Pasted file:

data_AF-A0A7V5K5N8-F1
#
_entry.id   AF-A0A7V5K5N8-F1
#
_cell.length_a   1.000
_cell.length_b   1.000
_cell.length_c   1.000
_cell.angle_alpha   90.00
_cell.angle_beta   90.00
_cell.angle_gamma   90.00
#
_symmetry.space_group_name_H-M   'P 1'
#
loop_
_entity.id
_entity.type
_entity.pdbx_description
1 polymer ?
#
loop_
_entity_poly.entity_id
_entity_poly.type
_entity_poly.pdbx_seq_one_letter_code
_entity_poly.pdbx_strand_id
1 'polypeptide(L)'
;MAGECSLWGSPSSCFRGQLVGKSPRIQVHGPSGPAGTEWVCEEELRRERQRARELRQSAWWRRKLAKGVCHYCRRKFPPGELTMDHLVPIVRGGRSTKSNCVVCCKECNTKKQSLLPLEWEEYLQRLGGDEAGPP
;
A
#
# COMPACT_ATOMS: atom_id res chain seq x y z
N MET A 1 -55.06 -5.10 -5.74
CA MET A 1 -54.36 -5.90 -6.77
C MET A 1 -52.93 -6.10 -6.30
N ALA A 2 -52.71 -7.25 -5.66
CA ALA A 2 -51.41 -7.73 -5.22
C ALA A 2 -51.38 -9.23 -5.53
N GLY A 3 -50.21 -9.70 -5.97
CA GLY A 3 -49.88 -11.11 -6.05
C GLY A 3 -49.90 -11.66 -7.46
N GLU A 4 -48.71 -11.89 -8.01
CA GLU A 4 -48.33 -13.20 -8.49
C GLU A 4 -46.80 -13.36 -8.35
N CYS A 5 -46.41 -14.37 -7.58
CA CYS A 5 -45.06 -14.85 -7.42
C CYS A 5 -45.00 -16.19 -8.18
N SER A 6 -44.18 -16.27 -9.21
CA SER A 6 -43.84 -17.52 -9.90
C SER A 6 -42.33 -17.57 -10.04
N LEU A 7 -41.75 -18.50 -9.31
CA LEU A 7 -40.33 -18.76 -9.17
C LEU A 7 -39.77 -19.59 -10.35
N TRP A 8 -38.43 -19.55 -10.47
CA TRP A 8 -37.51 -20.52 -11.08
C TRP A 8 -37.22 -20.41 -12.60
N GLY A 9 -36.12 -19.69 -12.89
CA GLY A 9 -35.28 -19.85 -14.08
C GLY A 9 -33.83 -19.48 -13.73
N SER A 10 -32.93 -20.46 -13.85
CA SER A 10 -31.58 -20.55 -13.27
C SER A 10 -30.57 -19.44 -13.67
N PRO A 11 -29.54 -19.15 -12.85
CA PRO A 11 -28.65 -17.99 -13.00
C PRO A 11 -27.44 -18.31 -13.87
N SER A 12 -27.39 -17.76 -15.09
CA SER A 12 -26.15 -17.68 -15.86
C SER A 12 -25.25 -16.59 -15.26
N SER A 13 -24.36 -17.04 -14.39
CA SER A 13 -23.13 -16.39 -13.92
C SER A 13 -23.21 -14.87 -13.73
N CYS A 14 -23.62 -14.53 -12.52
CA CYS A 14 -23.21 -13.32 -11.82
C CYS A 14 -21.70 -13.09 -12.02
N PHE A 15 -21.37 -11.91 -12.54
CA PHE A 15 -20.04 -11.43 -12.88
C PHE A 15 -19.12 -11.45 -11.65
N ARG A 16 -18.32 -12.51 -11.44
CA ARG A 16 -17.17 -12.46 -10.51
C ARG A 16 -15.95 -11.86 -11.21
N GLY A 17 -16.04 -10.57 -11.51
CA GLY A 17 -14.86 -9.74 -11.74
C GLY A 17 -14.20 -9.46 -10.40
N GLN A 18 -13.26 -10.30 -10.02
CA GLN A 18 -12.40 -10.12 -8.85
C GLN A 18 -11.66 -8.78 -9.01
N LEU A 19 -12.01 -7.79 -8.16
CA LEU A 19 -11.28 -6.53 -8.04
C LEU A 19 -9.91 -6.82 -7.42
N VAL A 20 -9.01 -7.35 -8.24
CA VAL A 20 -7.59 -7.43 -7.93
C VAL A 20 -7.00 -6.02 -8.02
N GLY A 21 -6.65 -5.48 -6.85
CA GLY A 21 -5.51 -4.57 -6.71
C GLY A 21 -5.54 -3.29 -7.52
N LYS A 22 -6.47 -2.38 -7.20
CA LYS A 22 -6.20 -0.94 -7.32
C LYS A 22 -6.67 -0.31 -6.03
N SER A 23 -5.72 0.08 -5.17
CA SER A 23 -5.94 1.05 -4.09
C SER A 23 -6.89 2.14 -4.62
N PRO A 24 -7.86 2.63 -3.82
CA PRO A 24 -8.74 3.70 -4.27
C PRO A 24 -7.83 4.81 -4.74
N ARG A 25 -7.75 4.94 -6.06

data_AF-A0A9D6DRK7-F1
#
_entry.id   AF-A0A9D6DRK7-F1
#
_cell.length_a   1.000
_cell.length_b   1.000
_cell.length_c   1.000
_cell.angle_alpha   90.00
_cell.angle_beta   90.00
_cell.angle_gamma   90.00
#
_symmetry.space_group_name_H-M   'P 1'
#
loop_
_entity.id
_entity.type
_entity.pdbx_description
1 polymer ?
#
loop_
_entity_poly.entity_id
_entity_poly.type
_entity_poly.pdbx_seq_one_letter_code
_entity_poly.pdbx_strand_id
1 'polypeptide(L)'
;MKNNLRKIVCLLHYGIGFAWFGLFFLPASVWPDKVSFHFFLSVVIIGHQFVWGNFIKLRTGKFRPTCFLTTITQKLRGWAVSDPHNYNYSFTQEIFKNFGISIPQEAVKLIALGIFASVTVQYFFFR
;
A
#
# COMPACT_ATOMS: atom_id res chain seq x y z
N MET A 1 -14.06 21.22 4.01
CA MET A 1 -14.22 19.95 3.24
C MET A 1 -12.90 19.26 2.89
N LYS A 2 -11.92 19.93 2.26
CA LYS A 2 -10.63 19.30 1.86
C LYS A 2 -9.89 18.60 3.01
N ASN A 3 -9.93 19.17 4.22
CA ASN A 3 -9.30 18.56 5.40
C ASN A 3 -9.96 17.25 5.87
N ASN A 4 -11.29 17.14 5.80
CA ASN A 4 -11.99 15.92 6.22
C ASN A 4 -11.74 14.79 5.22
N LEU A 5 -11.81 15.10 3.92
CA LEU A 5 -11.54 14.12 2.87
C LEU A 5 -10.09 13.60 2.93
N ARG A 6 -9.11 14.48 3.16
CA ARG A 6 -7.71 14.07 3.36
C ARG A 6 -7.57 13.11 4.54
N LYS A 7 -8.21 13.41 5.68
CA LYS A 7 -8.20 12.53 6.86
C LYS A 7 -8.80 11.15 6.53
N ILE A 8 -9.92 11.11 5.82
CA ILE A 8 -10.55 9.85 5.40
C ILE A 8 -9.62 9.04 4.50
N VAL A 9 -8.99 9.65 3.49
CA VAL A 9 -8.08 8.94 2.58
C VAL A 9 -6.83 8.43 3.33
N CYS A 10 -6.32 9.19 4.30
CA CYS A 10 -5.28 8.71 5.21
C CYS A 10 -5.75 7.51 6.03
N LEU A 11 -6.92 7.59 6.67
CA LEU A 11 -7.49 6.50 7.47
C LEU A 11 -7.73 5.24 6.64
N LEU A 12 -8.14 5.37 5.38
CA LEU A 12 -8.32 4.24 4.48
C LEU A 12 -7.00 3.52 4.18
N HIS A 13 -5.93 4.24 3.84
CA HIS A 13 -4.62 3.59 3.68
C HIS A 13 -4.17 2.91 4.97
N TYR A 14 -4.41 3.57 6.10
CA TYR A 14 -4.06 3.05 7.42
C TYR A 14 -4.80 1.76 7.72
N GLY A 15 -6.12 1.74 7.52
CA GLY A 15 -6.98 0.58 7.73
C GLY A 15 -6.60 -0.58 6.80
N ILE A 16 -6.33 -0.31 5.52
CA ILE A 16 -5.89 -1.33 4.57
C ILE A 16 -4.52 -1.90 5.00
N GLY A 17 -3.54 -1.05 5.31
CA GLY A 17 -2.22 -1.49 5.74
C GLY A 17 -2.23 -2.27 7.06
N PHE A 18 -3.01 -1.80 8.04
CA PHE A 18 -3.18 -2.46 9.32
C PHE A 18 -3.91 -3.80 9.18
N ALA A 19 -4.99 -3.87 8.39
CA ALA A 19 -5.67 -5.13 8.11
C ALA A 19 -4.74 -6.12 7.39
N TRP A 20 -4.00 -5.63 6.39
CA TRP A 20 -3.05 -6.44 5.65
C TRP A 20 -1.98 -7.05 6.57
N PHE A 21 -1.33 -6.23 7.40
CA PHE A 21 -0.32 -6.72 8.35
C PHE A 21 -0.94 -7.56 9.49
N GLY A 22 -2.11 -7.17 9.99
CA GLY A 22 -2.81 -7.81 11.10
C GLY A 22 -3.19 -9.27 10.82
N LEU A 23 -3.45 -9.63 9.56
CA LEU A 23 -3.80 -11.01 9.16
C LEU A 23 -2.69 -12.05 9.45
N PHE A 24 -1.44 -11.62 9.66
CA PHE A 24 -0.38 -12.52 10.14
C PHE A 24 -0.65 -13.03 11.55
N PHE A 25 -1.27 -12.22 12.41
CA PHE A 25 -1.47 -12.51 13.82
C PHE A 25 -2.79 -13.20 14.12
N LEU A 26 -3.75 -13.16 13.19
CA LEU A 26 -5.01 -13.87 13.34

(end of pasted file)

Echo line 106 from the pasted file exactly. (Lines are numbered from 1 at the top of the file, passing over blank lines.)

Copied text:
_entry.id   AF-A0A9D6DRK7-F1